Exterior Containment: More Changes Coming …

The easy part of RRP always seemed to be containing the exterior. Following the current RRP Rules, all you are required to do is put up a warning sign, make sure all doors & windows are closed within 20' and put impermeable plastic covering on the ground that extends 10' (minimum) from the building. Oh yes, and cover the shrubs.

While a good idea, you really don’t need to use caution tape, or cones. Just make sure the area is marked with warning signs. Because it is exterior work, there are no suits or masks required — even by OSHA.

Vertical containment may be helpful if job is warranted, which seems to be a decision for the on-site workers. Then you put the debris in a big contractor-grade poly bag, a trash can with a lid, or similar disposal process before taking it out of the containment area.

Even cleanup and verification is easier than interior work. It basically includes removing all the debris, making a visual inspection and removing the caution signs. You are certainly not going to HEPA vacuum the ground, although maybe doing so to window sills and other horizontal surfaces might be smart – but, again, not required.

It appears, however, the RRP exterior containment was not effective enough for the EPA and more changes appear to be around the corner.

In The May 6, 2010 edition of the Federal Register, the EPA outlined the changes it is proposing to make to the RRP Rule regarding exterior containment. In Part II of that Federal Register (pages 25038-25073) under Section E: (page 25055), "Other Proposed Amendments to the Final RRP Rule" it states the intent of the EPA to propose additional amendments to exterior vertical containment.

"Containment. EPA is proposing to be more specific about the vertical containment requirements for exterior projects. Under this proposal, the rule would specifically state that vertical containment is required for exterior renovation projects that are covered by the rule and that affect painted surfaces within 10 feet of the property line.

In such cases, vertical containment is necessary to ensure that adjacent buildings or properties are not contaminated by leaded dust or debris generated by the renovation. The rule would also note that vertical containment may be required in other situations, such as windy conditions, to prevent contamination of other buildings, other areas of the property, or adjacent buildings or properties.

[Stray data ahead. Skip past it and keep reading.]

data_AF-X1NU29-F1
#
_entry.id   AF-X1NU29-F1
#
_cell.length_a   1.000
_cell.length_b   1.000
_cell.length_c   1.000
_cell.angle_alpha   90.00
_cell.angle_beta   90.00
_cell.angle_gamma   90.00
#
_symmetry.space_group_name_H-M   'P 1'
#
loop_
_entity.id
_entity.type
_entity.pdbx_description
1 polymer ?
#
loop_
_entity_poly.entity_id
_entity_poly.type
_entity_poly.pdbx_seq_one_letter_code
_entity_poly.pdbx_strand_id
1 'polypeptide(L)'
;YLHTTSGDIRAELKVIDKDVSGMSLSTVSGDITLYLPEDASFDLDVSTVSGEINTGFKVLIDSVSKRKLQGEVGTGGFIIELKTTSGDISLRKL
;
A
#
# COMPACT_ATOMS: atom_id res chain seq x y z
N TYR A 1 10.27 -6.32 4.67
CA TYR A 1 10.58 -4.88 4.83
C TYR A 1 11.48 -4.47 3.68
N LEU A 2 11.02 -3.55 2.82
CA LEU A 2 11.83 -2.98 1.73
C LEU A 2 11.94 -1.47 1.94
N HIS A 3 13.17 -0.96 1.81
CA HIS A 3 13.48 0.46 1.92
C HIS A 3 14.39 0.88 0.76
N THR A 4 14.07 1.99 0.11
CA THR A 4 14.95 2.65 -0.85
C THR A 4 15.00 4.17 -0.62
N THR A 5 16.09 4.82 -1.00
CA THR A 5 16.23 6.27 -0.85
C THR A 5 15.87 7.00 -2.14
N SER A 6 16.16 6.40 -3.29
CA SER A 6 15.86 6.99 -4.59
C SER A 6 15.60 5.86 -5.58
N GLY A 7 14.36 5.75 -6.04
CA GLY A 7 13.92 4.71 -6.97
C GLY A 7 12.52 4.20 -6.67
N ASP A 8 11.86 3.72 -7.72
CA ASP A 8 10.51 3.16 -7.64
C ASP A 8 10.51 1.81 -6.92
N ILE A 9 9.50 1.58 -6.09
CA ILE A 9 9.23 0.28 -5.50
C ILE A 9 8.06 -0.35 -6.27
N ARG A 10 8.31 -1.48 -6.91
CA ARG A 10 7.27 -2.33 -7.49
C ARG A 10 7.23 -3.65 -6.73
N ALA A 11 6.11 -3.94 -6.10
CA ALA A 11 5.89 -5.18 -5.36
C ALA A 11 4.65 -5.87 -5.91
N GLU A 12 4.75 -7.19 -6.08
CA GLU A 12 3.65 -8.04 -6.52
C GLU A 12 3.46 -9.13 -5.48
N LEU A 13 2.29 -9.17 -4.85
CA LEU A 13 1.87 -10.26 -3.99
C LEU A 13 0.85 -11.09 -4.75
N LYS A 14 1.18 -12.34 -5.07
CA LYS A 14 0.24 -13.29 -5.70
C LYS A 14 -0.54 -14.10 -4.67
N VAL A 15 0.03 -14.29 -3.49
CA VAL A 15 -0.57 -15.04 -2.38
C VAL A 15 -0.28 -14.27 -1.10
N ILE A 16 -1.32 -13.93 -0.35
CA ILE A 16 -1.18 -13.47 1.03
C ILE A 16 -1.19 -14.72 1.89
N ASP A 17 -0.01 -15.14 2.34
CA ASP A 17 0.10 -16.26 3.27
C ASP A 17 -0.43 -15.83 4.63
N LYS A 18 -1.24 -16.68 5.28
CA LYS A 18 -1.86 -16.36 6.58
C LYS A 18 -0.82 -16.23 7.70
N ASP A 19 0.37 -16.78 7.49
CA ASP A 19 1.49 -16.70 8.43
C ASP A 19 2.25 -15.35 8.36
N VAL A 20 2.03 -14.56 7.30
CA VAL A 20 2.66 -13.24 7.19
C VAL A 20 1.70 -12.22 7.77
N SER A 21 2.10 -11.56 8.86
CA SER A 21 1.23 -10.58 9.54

Finally, to clarify what is meant by the term ‘‘containment,’’ this proposal would add a definition of the term that is based on the definition of ‘‘Worksite preparation level’’ from the HUD Guidelines. The definition includes additional information on what constitutes vertical containment. Click here for HUD guidelines found on page 13)"*

In short, EPA wants to add vertical containment to exterior work when a job is within 10 feet of another structure or property line, a somewhat common occurrence in urban areas.

EPA also recognizes that windy conditions may also contribute to further contamination that is not adequately contained under the current guidelines.

Public comment for this proposal, (lumped in with the clearance testing changes and eight other "additional" amendments in the May, 6, 2010 Federal Register), was allowed until July 6, 2010. The period was extended to August 6, 2010 under pressure.

Final resolution can be made as early as July 15, but by agreement, no later than December 15, 2011.

* Editor's Note: We could not locate in the HUD documentation of "worksite preparation" any defnition of what constitutes "vertical containment." We would welcome your comments if you have better luck.

 

 

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